AMC Best Picture Showcase Weekend 2014

For the past four years my sister and I have attended AMC Theatre's Best Picture Showcase. Don't know what it is? Well, it's the best place for movie geeks to catch up on all of the films nominated for Best Picture. One huge marathon split over two weekends of the best films recognized for the Academy Awards - to take in all highly honored performances, cinematography, directors, and movies in one huge swoop. Also a great chance to win some trivia questions, be generally lazy for a whole weekend, and meet other movie nerds.)

Having survived the first weekend of the 2014 marathon, where four of the nine nominees screened PhilomenaThe Dallas Buyers ClubWolf of Wall Street, and 12 Years A Slave. Below are my personal rankings for the Best Picture nominees. Enjoy!

Film Summary: A religious weary journalist Martin Sixsmith (Steve Coogan) is approached to investigate a human interest story about Philomena (Judi Dench) - an elderly Catholic woman who was forced to give up her baby boy fifty years ago at an Irish nunnery.

Brief Review: Philomena's faith and forgiveness are challenged by Martin's inability to do so. The dynamics between them treads from London to the United States, and back again, makes for a heartfelt road trip shared between two different generations. Both Dench and Coogan, individually and as a pair, are thoroughly endearing. Especially Dench, who is absolutely in top form. Compared to the other Best Picture nominees, Philomena is a not a showy nominee. It's not laden in what we consider austere cinema like physically transformational performances or over-the-top debauchery. Under the surface of the British humor and the relatively simple story, the film strikes a heavy chord.

In recent years at Best Picture Showcase, films that I had seen previously to the marathon remain hardcore favorites long after the Oscar hype. For this year that position will probably go to Gravity and The Dallas Buyers Club. Similarly, there are movies I hadn't seen before the marathon which has also joined the ranks. Philomena earnestly has won this title and my heartstrings.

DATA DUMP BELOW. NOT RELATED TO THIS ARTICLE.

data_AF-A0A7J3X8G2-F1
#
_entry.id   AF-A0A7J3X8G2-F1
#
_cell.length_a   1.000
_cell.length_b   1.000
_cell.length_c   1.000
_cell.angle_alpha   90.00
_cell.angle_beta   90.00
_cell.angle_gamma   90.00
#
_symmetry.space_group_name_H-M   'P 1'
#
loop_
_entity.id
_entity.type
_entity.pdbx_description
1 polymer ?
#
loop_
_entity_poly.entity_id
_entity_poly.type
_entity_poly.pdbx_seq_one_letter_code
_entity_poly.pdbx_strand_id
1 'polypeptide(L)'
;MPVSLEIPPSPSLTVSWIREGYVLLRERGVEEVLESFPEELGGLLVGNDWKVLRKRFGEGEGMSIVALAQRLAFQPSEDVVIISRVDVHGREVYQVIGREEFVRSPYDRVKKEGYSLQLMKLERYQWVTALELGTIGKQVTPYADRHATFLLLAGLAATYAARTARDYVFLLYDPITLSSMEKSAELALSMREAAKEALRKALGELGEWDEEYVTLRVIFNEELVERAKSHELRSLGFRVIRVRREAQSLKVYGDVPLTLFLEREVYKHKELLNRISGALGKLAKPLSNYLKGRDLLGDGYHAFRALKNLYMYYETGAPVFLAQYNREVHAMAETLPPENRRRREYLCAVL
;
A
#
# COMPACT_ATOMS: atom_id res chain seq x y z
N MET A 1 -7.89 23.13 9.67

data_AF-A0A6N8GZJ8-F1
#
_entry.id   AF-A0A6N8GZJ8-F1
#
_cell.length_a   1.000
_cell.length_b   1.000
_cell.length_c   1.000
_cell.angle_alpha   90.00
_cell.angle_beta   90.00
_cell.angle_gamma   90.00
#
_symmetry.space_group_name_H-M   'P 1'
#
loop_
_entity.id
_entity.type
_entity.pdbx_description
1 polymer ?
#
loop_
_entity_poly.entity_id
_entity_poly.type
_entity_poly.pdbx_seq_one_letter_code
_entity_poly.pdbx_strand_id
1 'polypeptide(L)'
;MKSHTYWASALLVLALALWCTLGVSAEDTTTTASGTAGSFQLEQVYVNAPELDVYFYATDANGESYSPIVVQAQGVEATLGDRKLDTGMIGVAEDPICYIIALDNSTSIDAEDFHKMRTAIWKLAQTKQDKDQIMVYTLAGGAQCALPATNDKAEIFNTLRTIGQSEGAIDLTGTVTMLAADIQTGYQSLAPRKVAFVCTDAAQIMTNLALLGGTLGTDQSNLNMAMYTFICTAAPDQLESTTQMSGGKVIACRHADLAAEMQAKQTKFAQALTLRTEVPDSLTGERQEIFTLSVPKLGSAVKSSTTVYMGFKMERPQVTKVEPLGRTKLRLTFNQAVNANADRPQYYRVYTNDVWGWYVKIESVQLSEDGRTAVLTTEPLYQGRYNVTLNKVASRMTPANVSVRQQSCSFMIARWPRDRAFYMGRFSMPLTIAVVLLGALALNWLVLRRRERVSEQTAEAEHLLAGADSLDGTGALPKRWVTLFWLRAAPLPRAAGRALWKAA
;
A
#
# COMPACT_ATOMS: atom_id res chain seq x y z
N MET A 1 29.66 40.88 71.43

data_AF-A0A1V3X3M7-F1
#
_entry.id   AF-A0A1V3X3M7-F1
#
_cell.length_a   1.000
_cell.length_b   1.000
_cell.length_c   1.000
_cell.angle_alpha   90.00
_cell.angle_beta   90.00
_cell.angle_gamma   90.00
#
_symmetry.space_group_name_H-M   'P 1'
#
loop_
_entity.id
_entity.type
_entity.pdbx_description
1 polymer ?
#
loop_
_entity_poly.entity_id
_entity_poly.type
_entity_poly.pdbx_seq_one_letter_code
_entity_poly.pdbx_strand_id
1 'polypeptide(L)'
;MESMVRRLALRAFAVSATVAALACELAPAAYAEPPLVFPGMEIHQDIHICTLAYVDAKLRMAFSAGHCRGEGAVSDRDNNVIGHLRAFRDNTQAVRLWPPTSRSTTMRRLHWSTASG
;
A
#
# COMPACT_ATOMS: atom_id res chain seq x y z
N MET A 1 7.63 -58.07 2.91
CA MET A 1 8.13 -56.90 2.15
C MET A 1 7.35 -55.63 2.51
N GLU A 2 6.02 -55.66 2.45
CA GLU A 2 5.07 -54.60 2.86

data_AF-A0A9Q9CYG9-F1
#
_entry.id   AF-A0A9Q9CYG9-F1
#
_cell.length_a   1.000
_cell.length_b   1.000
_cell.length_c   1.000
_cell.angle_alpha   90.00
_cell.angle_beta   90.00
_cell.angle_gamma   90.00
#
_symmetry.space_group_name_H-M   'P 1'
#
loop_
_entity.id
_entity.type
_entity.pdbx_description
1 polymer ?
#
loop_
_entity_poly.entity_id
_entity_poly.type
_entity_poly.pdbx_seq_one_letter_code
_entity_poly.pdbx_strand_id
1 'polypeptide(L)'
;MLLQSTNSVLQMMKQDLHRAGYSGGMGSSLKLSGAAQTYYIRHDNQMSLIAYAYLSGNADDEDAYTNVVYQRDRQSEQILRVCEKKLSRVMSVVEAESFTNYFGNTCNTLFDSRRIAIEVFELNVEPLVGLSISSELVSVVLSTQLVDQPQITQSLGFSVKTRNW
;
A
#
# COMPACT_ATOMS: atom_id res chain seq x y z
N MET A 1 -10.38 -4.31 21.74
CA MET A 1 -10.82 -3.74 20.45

Best Picks of the Day: Best Actress Judi Dench

The Dallas Buyers Club
Film Summary: Set in the 1980s, homophobic electrician Ron Woodroof (Matthew McConaughey) is a hotheaded combative Texan diagnosed with HIV (the onset virus of AIDS). Confronting his 30-day expiration date and the constraints of the trial cocktails, Woodroof imports and sells homeopathic cures against the FDAs disapproval.

Brief Review: With half hour breaks in-between each movie to refresh from what you've seen to what you're going to see, there's a time in movie marathons where everything blurs together. No matter the differences in genre, storytelling or performances, they all morph into a kaleidoscope of scenes that entertain, trip you up, make you laugh and induce tears. Having enjoyed The Dallas Buyers Club previously, I tried to re-enter Ron Woodroof's world without any expectations or favoritism. It didn't work.

The Dallas Buyers Club from music, story, and performances just sticks out. Its tone about a homophobic man facing his ignorance and growing a family out of his transformed beliefs is incredible. His defiance against doctors, the hospital, and FDA is to keep on living - his body, his rules - and it's all right, all right, all right.

Best Picks of the Day: Best Actor Matthew McConaughey, Best Supporting Actor Jared Leto, Best Picture

The Wolf of Wall Street

Film Summary: Set in the 1990s, Jordon Belfort (Leonardo DiCaprio) leads an army of wolves on wall street taking the audience nose deep in cocaine, money, and sex.